Technology and industry continue to grow and change the world, but this progress often affects the world around it, which impacts nature and humankind. It plays a part in rising temperatures, endangered species, and decreasing grasslands, and conscious conservation efforts are the best way to combat these problems.
Conservation efforts are vital to protecting nature and the future of the planet, and these efforts come in many different forms. It can be as simple as going green and trying to recycle, or it can be something much grander, such as the “America the Beautiful” campaign, which wants to restore and conserve 30% of America’s lands and waters.
The campaign seeks to make significant changes by 2030, restoring ecosystems and putting measures in place to protect them in the future. And it is all being done with a localized approach, where local experts will be a part of the efforts.
Clearly, it is something important that a lot of people care about, but it is not always the easiest thing to do, especially in and around cities where people live. Humans have complex needs, and convenience often trumps everything else. That is where conservation communities show incredible value.
Conservation communities are a combination between real estate and conservation, which provides beautiful protected landscapes with the necessary convenience and thoughtfulness to make living comfortable. Such communities strike a delicate balance between human settlement and protected wildlife and tend to make a big difference in local greenery.
In fact, while conservative communities provide a beautiful place to live, their primary goal is to save large parcels of land from ecological degradation. They are tailored to different regions and protect various ecosystems depending on the development plans and using low-impact infrastructure.
An example of a conservation community is Lagoon Valley, the Bay Area’s first conservation community. The community recently announced the homebuilders responsible for making the community’s plans a reality after 20 years of designing and planning.
Lagoon Valley is focusing on sustainable design principles, in line with what conservation communities strive to achieve. These sustainable practices will be part of every facet of the homes built on the land, ensuring they are low-impact while also being generational homes for those who buy them.
Lagoon Valley even seeks to exceed the standard set by the Greenbelt Alliance, which is a Bay Area organization dedicated to protecting important open space lands.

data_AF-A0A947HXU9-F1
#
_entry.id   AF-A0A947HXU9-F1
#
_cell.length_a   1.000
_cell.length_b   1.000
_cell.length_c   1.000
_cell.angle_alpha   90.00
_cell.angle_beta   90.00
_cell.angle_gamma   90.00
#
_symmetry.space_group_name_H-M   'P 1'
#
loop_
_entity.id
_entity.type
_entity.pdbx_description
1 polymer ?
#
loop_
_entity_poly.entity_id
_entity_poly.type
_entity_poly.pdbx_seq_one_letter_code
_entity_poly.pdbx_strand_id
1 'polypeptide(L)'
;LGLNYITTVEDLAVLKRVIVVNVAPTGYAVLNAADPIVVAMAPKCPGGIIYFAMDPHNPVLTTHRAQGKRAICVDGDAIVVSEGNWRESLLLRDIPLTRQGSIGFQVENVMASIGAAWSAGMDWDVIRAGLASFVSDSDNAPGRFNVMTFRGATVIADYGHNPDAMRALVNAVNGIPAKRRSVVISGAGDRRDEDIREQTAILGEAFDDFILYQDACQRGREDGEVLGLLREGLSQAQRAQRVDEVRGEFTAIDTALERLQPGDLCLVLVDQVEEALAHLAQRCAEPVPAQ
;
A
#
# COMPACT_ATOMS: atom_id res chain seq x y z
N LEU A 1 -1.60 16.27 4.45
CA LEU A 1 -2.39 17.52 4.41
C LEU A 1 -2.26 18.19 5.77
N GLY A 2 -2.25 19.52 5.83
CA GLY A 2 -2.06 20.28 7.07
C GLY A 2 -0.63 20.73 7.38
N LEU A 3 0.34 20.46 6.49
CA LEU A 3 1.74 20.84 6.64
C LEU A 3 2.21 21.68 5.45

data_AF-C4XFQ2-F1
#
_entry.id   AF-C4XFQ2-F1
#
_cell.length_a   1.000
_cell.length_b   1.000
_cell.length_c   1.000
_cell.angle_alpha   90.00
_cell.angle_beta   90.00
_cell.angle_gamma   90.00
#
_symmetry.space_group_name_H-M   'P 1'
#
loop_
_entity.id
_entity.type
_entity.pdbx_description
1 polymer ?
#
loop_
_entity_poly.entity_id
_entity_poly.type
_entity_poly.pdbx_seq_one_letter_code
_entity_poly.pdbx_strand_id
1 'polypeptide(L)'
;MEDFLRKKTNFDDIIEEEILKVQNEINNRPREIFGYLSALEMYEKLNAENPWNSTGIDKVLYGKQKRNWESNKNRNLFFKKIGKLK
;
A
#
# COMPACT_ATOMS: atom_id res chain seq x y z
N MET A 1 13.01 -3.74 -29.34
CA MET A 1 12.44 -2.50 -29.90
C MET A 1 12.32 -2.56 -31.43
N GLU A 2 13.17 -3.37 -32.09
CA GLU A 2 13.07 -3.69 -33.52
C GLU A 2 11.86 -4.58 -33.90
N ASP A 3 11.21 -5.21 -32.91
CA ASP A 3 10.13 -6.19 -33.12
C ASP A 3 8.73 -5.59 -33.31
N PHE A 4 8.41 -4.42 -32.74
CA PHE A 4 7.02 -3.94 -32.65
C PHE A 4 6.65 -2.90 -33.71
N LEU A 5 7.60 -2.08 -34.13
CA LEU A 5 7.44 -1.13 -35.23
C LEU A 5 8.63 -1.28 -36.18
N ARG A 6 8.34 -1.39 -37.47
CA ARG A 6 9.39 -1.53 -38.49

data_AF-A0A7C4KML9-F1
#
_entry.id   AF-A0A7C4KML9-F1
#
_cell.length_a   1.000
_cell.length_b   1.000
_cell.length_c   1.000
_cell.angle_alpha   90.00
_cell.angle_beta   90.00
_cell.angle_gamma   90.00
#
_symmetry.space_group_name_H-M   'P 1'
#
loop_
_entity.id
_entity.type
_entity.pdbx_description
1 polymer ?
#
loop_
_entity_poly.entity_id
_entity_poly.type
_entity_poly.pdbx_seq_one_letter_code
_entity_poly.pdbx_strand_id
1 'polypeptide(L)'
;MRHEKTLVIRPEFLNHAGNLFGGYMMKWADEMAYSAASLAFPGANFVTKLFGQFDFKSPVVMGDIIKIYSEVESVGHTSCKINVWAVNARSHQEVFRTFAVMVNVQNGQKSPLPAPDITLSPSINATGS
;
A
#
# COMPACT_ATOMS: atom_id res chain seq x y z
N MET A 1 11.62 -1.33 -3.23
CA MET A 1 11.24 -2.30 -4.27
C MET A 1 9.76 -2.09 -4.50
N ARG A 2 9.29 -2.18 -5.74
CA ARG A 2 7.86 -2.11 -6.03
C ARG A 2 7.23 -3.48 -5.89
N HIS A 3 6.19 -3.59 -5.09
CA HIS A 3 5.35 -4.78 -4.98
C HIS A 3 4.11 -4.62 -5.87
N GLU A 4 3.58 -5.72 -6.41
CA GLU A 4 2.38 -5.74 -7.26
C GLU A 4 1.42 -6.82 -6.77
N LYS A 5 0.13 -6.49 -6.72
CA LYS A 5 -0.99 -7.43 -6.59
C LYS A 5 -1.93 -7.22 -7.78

The homes in Lagoon Valley are a short walk away from many conveniences, including neighborhood shops, restaurants, and workplaces in the 750,000-square-foot Ascend Business Village. It is all surrounded by open space and recreational areas, with three-quarters of the 2,400 acres to be dedicated to open space.
Included in the open area are a 400-acre public park, a 71-acre wetland preserve, and 1,300 acres for hiking and mountain biking trails. The space will go hand-in-hand with the sustainability practices that strive to be eco-friendly and meet energy-saving mandates.
The overall goal of conservation communities like these is to sit communities within nature, integrating them to preserve and protect the areas around them. Moreover, it is not limited to residential areas like Lagoon Valley.
Other types of conservation development include private clubs and small-scale industrial activity constructed to ensure the protection or ecological restoration of an area.
Overall, conservation communities offer a way for residential and other areas to be designed and built in a way that is low-impact and actually helps rebuild and protect ecological systems. Energy, land, and other resources are used more efficiently, renewable energy is in abundance, and pollution is reduced to protect wildlife.
These are things that America desperately needs, especially as it enacts its “America the Beautiful” campaign, which seeks to take a more local approach. After all, it doesn’t get more local than creating a community dedicated to building and living in a way that promotes conservation every day. And if it can be done in a way that is diverse and suited for anyone and everyone, that’s even better.